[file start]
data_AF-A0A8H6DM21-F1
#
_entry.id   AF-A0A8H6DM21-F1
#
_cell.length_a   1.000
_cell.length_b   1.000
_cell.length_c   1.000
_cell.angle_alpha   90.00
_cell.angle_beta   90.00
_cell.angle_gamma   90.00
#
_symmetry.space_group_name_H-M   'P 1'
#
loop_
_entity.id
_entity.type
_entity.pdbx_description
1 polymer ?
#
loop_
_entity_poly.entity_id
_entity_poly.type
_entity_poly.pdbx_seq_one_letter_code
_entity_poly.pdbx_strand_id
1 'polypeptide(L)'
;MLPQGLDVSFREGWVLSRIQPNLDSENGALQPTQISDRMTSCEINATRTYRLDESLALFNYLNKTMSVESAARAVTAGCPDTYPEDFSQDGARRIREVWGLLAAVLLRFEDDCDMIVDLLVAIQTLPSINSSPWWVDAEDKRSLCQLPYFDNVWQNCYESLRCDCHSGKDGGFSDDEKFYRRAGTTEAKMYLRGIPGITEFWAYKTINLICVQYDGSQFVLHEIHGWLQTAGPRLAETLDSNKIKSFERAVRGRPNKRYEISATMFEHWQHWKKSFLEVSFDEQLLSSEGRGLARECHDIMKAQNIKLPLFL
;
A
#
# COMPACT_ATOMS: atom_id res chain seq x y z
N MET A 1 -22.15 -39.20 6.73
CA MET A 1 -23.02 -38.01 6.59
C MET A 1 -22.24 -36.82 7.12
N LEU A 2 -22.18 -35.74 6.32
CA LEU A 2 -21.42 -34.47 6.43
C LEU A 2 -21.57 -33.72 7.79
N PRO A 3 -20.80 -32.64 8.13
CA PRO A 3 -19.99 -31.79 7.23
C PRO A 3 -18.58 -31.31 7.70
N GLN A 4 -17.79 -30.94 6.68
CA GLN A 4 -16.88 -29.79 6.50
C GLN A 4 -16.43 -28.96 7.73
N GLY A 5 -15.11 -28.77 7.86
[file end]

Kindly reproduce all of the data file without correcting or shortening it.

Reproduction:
data_AF-A0A8H6DM21-F1
#
_entry.id   AF-A0A8H6DM21-F1
#
_cell.length_a   1.000
_cell.length_b   1.000
_cell.length_c   1.000
_cell.angle_alpha   90.00
_cell.angle_beta   90.00
_cell.angle_gamma   90.00
#
_symmetry.space_group_name_H-M   'P 1'
#
loop_
_entity.id
_entity.type
_entity.pdbx_description
1 polymer ?
#
loop_
_entity_poly.entity_id
_entity_poly.type
_entity_poly.pdbx_seq_one_letter_code
_entity_poly.pdbx_strand_id
1 'polypeptide(L)'
;MLPQGLDVSFREGWVLSRIQPNLDSENGALQPTQISDRMTSCEINATRTYRLDESLALFNYLNKTMSVESAARAVTAGCPDTYPEDFSQDGARRIREVWGLLAAVLLRFEDDCDMIVDLLVAIQTLPSINSSPWWVDAEDKRSLCQLPYFDNVWQNCYESLRCDCHSGKDGGFSDDEKFYRRAGTTEAKMYLRGIPGITEFWAYKTINLICVQYDGSQFVLHEIHGWLQTAGPRLAETLDSNKIKSFERAVRGRPNKRYEISATMFEHWQHWKKSFLEVSFDEQLLSSEGRGLARECHDIMKAQNIKLPLFL
;
A
#
# COMPACT_ATOMS: atom_id res chain seq x y z
N MET A 1 -22.15 -39.20 6.73
CA MET A 1 -23.02 -38.01 6.59
C MET A 1 -22.24 -36.82 7.12
N LEU A 2 -22.18 -35.74 6.32
CA LEU A 2 -21.42 -34.47 6.43
C LEU A 2 -21.57 -33.72 7.79
N PRO A 3 -20.80 -32.64 8.13
CA PRO A 3 -19.99 -31.79 7.23
C PRO A 3 -18.58 -31.31 7.70
N GLN A 4 -17.79 -30.94 6.68
CA GLN A 4 -16.88 -29.79 6.50
C GLN A 4 -16.43 -28.96 7.73
N GLY A 5 -15.11 -28.77 7.86